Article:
So I think where the confusion is coming from is mixing up value based reasons with values based reasons. And I'll give you an example, it's a tobacco company, big shock, they're a client of mine, it's Philip Morris International. I know this cigarette industry pretty well by now, I can tell you, I know the business model, it's easy to exclude tobacco stocks, no tracking error, it's a small industry, billion people smoke cigarettes, it's constant for the next five years according to who excise taxes the government soak up don't spend them on tobacco control programs. Only way you're going to solve the cigarette smoking problem is by engaging with the tobacco companies and getting them to fundamentally change their business model to basically get out of the cigarette business.

Bob Eccles:

Now, I'm not going to get down into the weeds on that, I think, where you get a confounding is if people think, okay, we think the sector is going to tank and people keep predicting its demise and it hasn't happened. You think it's a bad stock to own from return point of view? Okay, that's a fair decision. Excluding it, thinking that, that's somehow going to solve the problem of a billion people smoking cigarettes, don't kid yourself, it's not. You may feel good, but it's not.

Bob Eccles:

If you want to exclude for values based reasons because it's morally reprehensible to you, you don't want to be making money off of a product that kills people, that's obviously perfectly fine. People have their own values and it's their money, and they can invest in whatever way they want to and they can exclude whatever they went to. And for some people it's tobacco, for some people it's oil and gas, it could be pornography, could be alcohol, whatever it is, tends to be a slippery slope.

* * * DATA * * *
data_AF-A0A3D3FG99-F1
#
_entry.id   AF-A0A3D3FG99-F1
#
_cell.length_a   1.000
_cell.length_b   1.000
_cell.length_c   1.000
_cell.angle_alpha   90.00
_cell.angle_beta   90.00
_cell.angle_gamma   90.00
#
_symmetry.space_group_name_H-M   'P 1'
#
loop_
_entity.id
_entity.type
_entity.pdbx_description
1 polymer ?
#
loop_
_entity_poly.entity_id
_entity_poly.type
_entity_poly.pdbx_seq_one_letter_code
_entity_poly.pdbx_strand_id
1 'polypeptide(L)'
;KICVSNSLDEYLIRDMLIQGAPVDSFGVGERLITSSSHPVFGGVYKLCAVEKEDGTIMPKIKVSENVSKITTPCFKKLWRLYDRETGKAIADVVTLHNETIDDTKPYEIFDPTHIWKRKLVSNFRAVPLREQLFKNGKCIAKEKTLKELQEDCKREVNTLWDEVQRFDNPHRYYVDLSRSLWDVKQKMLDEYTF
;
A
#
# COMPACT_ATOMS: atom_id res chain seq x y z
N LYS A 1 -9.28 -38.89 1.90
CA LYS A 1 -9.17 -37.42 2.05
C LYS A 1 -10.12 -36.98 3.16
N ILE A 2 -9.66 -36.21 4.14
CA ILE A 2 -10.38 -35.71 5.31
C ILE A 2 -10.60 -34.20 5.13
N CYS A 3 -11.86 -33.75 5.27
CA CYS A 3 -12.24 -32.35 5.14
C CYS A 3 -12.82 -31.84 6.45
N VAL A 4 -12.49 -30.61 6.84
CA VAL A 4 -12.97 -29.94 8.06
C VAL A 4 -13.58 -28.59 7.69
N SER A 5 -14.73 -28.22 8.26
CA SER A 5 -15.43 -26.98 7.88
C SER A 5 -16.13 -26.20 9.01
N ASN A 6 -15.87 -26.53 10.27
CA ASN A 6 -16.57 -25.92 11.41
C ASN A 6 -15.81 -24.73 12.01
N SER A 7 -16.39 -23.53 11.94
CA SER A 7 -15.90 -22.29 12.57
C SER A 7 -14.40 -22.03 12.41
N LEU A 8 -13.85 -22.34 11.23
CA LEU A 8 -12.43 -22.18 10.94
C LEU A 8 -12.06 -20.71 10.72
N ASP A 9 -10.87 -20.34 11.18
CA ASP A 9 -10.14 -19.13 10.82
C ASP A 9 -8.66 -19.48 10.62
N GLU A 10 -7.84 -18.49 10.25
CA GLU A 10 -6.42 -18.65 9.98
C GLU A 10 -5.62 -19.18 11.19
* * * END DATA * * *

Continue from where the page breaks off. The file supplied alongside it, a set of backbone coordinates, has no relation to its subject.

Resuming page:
Bob Eccles:

So I would say, the people that are using exclusion strategies, particularly to create these for ESG products that are loaded up with fangs, that as Carol indicated, they've got their own issues and say, oh, it's a green portfolio, there's not tobacco stocks, there's no thermal coal, there's no oil and gas, and then there's all this other stuff, it's like, give me a break. People that are using exclusion in their investment strategies and in constructing products just need to be very clear in their own mind, is it a value reason? Is it a values' based reason? And just explain that to the people that you're managing the money for?

Vish Hindocha:

Yes, thanks, Bob. And Carol, you and I actually have spent some time with the PMI group and I, again, love your perspective, again, as an investor thinking about this idea of big tobacco that's been on the exclusionary list of some investors for close to 20 years now, maybe just give your perspective how you think about that and some of the more recent interactions that we've had with that border PMI?

Carol Geremia:

Yes, sure. I mean this is where I think it gets tricky and I think this is where all the confusion lies in understanding what we were talking about before is the big systemic risk of climate change and how much you can't separate that with any business today or social inequality. And then you've got, as Bob points out, the value based exclusionary type products. And I quote you often Vish, and that is that exclusion to us is an abdication of our responsibility of being an investor and what we're supposed to be doing. Just excluding a particular industry or company because we think we're going to impose our values or our judgment on what an investor thinks is a bad company or a good company, in terms of what they make and how they do it, we don't believe as fiduciary that's our job, our job is to generate long term results, financial returns, responsibly though.